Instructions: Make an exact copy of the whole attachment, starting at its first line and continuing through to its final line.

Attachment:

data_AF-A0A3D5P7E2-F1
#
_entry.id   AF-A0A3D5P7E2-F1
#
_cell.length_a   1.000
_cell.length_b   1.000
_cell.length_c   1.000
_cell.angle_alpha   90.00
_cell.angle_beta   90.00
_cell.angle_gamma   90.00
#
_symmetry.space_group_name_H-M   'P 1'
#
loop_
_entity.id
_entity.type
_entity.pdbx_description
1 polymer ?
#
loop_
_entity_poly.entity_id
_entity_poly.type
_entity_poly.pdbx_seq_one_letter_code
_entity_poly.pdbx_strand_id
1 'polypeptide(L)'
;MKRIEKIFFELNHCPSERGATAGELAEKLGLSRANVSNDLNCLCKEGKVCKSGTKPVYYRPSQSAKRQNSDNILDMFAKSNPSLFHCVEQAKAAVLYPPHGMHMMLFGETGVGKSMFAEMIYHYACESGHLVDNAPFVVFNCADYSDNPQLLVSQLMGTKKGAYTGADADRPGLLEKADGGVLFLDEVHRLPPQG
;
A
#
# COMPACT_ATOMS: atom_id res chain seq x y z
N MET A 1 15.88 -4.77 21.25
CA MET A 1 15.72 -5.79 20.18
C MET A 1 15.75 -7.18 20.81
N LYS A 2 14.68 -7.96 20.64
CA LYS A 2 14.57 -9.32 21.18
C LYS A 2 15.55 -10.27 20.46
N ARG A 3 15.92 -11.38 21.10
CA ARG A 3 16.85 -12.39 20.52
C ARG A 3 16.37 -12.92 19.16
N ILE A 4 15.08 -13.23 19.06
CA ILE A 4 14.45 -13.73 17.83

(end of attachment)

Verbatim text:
data_AF-A0A3D5P7E2-F1
#
_entry.id   AF-A0A3D5P7E2-F1
#
_cell.length_a   1.000
_cell.length_b   1.000
_cell.length_c   1.000
_cell.angle_alpha   90.00
_cell.angle_beta   90.00
_cell.angle_gamma   90.00
#
_symmetry.space_group_name_H-M   'P 1'
#
loop_
_entity.id
_entity.type
_entity.pdbx_description
1 polymer ?
#
loop_
_entity_poly.entity_id
_entity_poly.type
_entity_poly.pdbx_seq_one_letter_code
_entity_poly.pdbx_strand_id
1 'polypeptide(L)'
;MKRIEKIFFELNHCPSERGATAGELAEKLGLSRANVSNDLNCLCKEGKVCKSGTKPVYYRPSQSAKRQNSDNILDMFAKSNPSLFHCVEQAKAAVLYPPHGMHMMLFGETGVGKSMFAEMIYHYACESGHLVDNAPFVVFNCADYSDNPQLLVSQLMGTKKGAYTGADADRPGLLEKADGGVLFLDEVHRLPPQG
;
A
#
# COMPACT_ATOMS: atom_id res chain seq x y z
N MET A 1 15.88 -4.77 21.25
CA MET A 1 15.72 -5.79 20.18
C MET A 1 15.75 -7.18 20.81
N LYS A 2 14.68 -7.96 20.64
CA LYS A 2 14.57 -9.32 21.18
C LYS A 2 15.55 -10.27 20.46
N ARG A 3 15.92 -11.38 21.10
CA ARG A 3 16.85 -12.39 20.52
C ARG A 3 16.37 -12.92 19.16
N ILE A 4 15.08 -13.23 19.06
CA ILE A 4 14.45 -13.73 17.83